Eco-friendly Maldives

Maldives is not short on luxury, but it’s almost never at the expense of the environment.

When it comes to protecting the environment, the low-lying islands of the Maldives have more reason than most to take global warming and environmental damage seriously.

Even a small rise in sea levels could see this tropical island state disappear under the waves. Therefore, it is no surprise to see the resorts and the government taking green issues seriously. They want to ensure that this jewel of the Indian Ocean survives for future generations.
The first port of call for anyone entering the Maldives is the capital city of Male, or at least the airport based on a small adjacent island. An unusual feature of the place is that unlike other cities, it has no room to expand since it occupies the entire island which is only 2km sq in area. Also, unlike the more famous resorts, there are no beaches in Male, instead the whole island is surrounded by a sea wall.

Despite the lack of a beach, visitors will find a compact lively city which has enough to keep you interested before leaving for the more picturesque islands. The main things to see in Male are the 17th century Huskuru mosque, the Mulee-Aage Sultan’s Palace and the national museum, which has artifacts dating back to the 11th century.

Being by far the largest population centre in the Maldives, Male also has good shopping opportunities, although you ought to know that many of the things advertised as authentic Maldivian are, in fact, from Singapore or India.

What to do

Besides lounging about on the beach all day, eating fresh seafood at night and completely forgetting about the outside world, visitors have many activities to keep them entertained. The number one activity is diving and snorkelling.
A nation that consists of tiny islands and thousands of kilometres of ocean, Maldives, not surprisingly, specialises in marine activities. It is one of the best places in the world for diving due to its coral reefs, clear visibility and abundant sea life. The protected lagoons are a good place to view turtles and shellfish, and further out to sea, you can see rays, sharks and dolphins alongside shoals of multi-coloured fish.

The open ocean also gives a unique opportunity to swim with the massive but placid whale sharks. Each island or resort usually has at least one dive centre, and for those opting for a long stay, there are many options for achieving PADI certification.

Deep-sea fishing is also popular, with the emphasis being on responsible and sustainable practices. Game fish to be caught here include the barracuda, trevally and dolphin fish. If you like to eat what you catch, then reef fishing, offered by many of the resorts, is the way to go. This involves using a rod, line and bait, and while your catch won’t match up to that caught in game fishing, you will be allowed to place it on the barbecue afterwards.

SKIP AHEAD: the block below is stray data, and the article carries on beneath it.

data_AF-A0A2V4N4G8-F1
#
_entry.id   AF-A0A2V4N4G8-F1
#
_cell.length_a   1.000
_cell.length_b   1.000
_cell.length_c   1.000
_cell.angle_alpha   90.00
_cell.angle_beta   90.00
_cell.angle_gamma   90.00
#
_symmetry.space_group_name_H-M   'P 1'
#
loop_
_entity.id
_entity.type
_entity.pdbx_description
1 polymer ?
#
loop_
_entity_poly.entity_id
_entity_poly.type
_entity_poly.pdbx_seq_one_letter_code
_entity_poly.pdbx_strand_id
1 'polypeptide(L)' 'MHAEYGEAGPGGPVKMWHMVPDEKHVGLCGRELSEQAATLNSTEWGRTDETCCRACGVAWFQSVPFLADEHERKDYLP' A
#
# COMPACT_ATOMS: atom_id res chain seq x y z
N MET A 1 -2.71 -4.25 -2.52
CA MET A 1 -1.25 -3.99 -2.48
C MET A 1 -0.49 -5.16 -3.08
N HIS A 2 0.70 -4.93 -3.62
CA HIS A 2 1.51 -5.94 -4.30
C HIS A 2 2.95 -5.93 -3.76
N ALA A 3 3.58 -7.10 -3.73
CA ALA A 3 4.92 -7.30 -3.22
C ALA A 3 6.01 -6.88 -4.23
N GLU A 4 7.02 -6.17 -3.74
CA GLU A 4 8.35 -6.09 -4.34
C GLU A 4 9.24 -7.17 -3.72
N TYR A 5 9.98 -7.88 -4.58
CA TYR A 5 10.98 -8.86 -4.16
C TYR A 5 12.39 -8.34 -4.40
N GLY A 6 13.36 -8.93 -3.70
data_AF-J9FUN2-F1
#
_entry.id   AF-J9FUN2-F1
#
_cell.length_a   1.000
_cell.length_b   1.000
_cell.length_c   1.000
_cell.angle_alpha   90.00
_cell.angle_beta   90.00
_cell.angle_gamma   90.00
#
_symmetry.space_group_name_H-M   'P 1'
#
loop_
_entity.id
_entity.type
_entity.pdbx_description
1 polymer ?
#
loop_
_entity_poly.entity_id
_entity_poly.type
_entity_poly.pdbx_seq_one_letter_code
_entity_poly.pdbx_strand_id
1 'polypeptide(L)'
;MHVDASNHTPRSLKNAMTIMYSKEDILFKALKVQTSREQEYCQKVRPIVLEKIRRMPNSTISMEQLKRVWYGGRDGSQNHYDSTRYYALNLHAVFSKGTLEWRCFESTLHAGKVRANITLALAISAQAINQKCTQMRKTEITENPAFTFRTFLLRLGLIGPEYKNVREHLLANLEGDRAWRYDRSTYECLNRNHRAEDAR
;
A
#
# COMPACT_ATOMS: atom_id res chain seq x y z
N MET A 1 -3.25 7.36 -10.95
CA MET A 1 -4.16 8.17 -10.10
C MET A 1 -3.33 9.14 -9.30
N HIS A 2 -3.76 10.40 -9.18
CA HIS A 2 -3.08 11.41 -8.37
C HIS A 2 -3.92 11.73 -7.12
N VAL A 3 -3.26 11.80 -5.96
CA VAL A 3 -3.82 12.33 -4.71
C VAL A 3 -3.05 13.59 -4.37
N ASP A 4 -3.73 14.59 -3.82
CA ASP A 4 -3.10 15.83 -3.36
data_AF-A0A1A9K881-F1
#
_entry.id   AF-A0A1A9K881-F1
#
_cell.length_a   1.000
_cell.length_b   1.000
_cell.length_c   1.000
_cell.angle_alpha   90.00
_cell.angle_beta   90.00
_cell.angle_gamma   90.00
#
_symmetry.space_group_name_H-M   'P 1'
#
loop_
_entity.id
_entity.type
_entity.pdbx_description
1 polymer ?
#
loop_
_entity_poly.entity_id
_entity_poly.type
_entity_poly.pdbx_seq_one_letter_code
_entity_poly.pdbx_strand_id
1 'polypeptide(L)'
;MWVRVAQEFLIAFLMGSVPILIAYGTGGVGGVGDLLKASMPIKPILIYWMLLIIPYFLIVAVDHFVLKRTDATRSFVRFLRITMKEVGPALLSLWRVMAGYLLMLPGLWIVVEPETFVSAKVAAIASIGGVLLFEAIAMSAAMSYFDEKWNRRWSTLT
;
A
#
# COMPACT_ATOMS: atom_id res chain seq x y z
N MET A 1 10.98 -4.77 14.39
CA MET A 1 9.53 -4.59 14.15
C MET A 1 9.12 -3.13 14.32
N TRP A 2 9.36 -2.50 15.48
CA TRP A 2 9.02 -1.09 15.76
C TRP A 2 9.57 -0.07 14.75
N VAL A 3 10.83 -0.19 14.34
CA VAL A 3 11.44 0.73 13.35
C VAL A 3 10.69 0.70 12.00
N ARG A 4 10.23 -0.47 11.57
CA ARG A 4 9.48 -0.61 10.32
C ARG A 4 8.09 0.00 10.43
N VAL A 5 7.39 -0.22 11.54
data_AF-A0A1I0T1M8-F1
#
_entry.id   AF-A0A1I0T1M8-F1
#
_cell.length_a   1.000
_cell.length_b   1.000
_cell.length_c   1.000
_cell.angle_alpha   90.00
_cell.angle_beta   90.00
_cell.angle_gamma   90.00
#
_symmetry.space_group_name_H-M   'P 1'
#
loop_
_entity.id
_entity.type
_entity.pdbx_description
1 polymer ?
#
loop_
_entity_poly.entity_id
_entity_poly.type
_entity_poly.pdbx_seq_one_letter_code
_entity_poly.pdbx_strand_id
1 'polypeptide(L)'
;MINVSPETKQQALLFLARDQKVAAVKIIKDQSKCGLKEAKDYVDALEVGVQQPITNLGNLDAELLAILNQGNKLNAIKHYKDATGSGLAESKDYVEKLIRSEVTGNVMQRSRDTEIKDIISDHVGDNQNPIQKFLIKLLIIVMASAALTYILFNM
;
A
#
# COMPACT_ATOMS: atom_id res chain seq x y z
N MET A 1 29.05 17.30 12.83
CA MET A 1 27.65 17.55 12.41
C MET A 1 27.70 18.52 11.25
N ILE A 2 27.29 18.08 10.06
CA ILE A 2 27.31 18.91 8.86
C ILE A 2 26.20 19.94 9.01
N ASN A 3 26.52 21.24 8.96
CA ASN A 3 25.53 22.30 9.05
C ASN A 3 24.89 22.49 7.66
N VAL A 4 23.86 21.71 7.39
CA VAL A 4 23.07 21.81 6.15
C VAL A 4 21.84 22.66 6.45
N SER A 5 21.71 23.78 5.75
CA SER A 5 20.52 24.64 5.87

The Maldives is not all about diving, relaxing and top-class hotels. There is of course an indigenous population residing away from the resorts. To see how the Maldivian people live, some operators offer trips to inhabited outer islands, where you can observe traditional life that, apart from some modern conveniences, has remained pretty much unchanged for generations.
The men spend most of the day fishing or working in agriculture while the women tend to the home and the children play in front of their houses or on the beach. In the afternoon, the island becomes a hive of activity as people wander from house to house to exchange gossip and give gifts of food to one another or simply head down to the beach.

Where to stay

In keeping with he Maldivian Government’s push to be green or eco-friendly, many resorts are advertising themselves as being sustainable or putting the environment at the top of their agenda.

In a watery kingdom where land is at a premium, there is little room for rubbish dumps, so recycling is important to the country’s future and over-exploitation of the ocean is likewise heavily regulated.

Some resorts have now taken to operating their own desalination plants and recycling facilities. The use of pesticides to keep insects away from the guests is also being phased out. This may have prevented holidaymakers from getting disturbed by beetles or bitten by ants, but it had the knock-on effect of destroying the islands birdlife.

Now, the islands have become living, breathing eco-systems again, rather than sterile plastic resorts.

One of the first and best to embrace luxury and environmental awareness is the Banyan Tree Resort. As well as ensuring that the materials used in constructing the resort would not damage the island, they also host a Marine Lab in their complex which works with both tourists and local communities to raise environmental awareness.

Projects undertaken include cleaning of the coral reefs, protecting and increasing the populations of green turtles, dolphins and black-tipped shark. Guests are also invited to participate in the repairing of small reefs in the lagoon.